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Food labels - No magnesium mentioned

  1. Oct 17, 2012 #1
    Recently I've been looking for foods rich in magnesium to experiment with personal nutrition. Although I had found several sources that sited the rich magnesium content of black beans, when I found several brands of the beans at the store, I noticed none of the nutritional labels mentioned magnesium, yet iron (anther trace element) was listed on all of them. Why is this? What determines what goes on a nutritional label and what doesn't? I find it annoying that I have to research my food at a distance from the point of sale :grumpy:

    I have a theory about the no doubt lengthy listing of absolutely everything of human nutritional value on a food label, but that's all I can think of.

    Sorry if I sound entitled :). (it's probably the case that I'm just being entitled heh..)
     
    Last edited: Oct 17, 2012
  2. jcsd
  3. Oct 17, 2012 #2
    Iron is much more popular than magnesium.

    Technically, if I'm not mistaken, everything (or as many ingredients/nutrients as possible) is supposed to be listed because of consumer concerns like allergies, lifestyle choices, etc. It may just be laziness on the part of the manufacturer, or perhaps the information you got was incorrect (I don't know, this is not my area of expertise).
     
  4. Oct 17, 2012 #3

    Evo

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    I believe that food labels do not need to list trace amounts.

    All I can find is this
    Apparently they are not required to list all vitamins and minerals, just the main essential ones.

    Read more: What Items Are Listed on a Food Label? | eHow.com http://www.ehow.com/about_5074561_items-listed-food-label.html#ixzz29ceQp9z9
     
    Last edited: Oct 17, 2012
  5. Oct 17, 2012 #4

    Drakkith

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    I'm imagining my can of corn listing "Uranium" as a trace ingredient.
     
  6. Oct 17, 2012 #5

    Evo

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    LOL! If it listed trace amounts, it would have to list rodent urine, feces, skin, claws, hair, teeth. Insects and the nasty stuff that goes with them. The FDA actually allows for these things to be present in foods. I'm glad that they AREN'T listed.
     
  7. Oct 18, 2012 #6
    I don't consider trace amounts to be ingredients or nutrients. However, I do know vegans who won't eat food that has even touched an animal product, so knowing as much as possible would be important to them. Of course, it's not as if I really care, and I'm certain manufacturers don't.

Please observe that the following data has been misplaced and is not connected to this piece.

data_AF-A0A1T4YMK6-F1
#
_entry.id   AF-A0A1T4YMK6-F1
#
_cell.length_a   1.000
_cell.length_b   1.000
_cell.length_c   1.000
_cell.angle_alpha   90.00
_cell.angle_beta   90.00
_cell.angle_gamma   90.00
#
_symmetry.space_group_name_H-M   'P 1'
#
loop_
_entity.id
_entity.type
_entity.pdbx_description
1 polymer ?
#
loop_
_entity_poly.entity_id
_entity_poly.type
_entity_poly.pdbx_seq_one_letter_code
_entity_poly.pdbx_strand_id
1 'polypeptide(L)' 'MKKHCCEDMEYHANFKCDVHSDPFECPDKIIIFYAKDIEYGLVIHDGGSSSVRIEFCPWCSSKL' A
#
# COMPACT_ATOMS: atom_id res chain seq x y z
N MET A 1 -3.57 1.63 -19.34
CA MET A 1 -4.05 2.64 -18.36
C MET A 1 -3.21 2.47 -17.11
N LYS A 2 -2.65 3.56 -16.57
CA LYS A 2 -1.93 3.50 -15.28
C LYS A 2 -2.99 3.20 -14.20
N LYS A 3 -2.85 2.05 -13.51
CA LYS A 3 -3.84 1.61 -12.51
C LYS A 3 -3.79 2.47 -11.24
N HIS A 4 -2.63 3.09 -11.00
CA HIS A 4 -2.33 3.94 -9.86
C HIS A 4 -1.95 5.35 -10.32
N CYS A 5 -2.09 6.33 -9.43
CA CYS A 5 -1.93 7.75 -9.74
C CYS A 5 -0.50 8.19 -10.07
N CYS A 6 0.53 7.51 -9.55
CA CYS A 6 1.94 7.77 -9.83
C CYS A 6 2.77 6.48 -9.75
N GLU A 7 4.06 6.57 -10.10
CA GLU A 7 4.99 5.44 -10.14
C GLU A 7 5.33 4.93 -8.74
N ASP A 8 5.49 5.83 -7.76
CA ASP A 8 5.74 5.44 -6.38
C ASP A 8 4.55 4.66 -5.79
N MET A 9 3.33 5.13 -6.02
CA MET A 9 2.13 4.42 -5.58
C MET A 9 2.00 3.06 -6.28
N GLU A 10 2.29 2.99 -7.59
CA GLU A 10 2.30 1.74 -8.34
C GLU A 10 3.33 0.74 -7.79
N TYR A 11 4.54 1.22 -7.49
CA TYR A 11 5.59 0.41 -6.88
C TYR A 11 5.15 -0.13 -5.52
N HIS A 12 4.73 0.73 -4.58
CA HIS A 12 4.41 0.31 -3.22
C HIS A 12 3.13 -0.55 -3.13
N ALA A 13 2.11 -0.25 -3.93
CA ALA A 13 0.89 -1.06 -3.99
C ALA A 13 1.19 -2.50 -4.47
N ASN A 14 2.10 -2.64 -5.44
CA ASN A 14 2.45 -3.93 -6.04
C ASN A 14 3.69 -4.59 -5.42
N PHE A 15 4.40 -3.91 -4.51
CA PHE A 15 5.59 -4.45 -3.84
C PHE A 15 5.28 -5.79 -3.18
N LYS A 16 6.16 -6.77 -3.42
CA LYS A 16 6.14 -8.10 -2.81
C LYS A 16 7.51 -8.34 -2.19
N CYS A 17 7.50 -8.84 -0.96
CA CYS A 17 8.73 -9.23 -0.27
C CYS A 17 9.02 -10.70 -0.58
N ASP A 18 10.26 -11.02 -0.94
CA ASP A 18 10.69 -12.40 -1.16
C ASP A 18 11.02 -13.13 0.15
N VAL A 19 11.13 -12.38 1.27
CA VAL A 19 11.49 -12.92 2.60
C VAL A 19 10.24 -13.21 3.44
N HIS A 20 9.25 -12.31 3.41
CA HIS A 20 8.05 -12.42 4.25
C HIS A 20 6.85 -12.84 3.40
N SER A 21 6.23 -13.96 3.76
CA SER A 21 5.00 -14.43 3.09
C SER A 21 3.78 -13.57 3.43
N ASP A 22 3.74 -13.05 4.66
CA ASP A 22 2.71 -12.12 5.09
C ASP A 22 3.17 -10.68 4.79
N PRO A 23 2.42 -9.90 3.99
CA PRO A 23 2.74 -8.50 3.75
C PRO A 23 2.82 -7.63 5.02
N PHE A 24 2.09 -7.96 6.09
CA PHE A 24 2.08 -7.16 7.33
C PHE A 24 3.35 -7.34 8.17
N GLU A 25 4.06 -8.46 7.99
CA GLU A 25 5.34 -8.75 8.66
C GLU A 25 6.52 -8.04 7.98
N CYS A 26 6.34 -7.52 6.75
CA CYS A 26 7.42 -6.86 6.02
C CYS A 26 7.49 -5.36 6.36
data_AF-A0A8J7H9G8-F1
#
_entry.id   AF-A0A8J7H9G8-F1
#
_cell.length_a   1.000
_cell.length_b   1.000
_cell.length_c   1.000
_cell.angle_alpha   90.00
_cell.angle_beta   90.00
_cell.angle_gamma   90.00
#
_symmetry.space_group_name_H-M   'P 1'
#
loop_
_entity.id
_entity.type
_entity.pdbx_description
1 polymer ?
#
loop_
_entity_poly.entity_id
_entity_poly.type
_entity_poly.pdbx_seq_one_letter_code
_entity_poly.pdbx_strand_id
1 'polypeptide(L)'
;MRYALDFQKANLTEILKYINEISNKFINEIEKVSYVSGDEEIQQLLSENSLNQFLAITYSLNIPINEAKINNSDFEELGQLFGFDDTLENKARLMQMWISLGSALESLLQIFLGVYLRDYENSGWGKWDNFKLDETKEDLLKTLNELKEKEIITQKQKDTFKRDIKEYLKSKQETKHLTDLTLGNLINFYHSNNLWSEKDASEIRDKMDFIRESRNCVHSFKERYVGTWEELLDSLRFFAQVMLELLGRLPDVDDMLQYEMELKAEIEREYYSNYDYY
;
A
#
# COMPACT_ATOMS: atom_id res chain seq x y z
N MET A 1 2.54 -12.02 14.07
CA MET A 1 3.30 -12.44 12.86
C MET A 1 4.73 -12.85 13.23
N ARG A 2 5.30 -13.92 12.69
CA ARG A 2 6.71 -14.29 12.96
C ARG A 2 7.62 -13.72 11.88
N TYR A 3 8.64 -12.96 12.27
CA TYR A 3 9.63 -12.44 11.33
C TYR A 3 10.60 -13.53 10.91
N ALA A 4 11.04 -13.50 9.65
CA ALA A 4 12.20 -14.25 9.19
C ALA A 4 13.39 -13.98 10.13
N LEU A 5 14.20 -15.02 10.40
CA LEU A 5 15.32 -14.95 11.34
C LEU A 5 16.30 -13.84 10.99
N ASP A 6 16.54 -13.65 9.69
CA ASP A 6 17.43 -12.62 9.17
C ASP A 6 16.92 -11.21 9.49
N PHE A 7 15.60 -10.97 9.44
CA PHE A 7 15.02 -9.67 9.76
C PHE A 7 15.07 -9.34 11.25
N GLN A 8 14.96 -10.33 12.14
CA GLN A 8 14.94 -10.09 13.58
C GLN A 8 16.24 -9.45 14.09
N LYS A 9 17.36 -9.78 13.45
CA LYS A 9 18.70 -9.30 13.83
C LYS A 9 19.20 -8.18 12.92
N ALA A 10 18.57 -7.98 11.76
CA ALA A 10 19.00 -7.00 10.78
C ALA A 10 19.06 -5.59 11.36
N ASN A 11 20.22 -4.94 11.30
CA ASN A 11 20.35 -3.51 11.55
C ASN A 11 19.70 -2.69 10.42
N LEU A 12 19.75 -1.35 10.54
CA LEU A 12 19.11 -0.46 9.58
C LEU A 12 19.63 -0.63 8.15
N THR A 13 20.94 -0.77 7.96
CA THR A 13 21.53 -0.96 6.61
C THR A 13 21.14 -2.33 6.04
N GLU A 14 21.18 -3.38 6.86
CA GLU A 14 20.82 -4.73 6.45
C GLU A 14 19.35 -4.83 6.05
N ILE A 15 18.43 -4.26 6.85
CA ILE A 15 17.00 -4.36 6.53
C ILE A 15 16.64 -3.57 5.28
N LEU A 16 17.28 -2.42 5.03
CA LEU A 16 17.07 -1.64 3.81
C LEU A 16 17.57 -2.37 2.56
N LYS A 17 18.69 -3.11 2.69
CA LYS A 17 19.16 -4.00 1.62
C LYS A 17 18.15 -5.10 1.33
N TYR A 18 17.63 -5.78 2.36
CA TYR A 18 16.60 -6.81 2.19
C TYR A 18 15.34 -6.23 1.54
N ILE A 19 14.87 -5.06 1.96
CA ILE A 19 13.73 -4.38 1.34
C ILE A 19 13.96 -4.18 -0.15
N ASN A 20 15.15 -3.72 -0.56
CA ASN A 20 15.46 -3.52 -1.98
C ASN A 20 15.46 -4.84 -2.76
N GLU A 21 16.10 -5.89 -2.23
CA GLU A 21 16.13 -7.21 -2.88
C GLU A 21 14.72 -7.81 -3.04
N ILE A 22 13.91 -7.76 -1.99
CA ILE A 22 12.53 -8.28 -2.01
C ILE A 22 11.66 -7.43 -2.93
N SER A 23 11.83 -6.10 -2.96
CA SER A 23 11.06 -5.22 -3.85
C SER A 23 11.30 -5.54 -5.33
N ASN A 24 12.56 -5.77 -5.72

Last edited: Oct 18, 2012
  8. Oct 18, 2012 #7
    Heh, this just sounds funny, but it's probably the case.

    It was definitely correct (that none of the black bean manufactures labeled magnesium in their products, and I checked 4 or 5 of them in the store.) This may not exactly be a good source: http://www.whfoods.com/genpage.php?tname=foodspice&dbid=2 (scroll down to the chart), but it's readily verifiable with other sources as to the magnesium content of black beans in general. Notice that it appears to be more present than iron in black beans, yet it ducks the labeling process.

    I know this wasn't in response to me, but just reiterating for the sake of the argument that I believe the iron contents of the beans to be less (based on any metric I can think of - milligrams or % of recommended daily value) than the magnesium contents.

    Recommended daily values by the FDA: http://www.unc.edu/~rowlett/units/scales/dailyvalues.htm

    Percent of daily value present in black beans: <link was already posted above>

    This seems to be the case, I'm still looking into the details and why certain things are listed and not others. Certainly magnesium is "essential".
     
  9. Oct 18, 2012 #8

    Monique

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    Black beans fall under conventional foods, thus the nutritional labeling is voluntary:
    http://www.fda.gov/food/labelingnutrition/default.htm [Broken]
     
    Last edited by a moderator: May 6, 2017
  10. Oct 18, 2012 #9

    Evo

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    That's what I was trying to find!!!

    Thanks Monique!!

    Also, dydxforsn,do you use www.nutirtiondata.com [Broken] to look up food values?

    Scroll down for minerals. http://nutritiondata.self.com/facts/legumes-and-legume-products/4419/2
     
    Last edited by a moderator: May 6, 2017
  11. Oct 18, 2012 #10

    AlephZero

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    In any case, if you think your diet is deficient in magnesium, eat more greens. Chlorophyll contains magmesium, whatever plant species it comes from.
     
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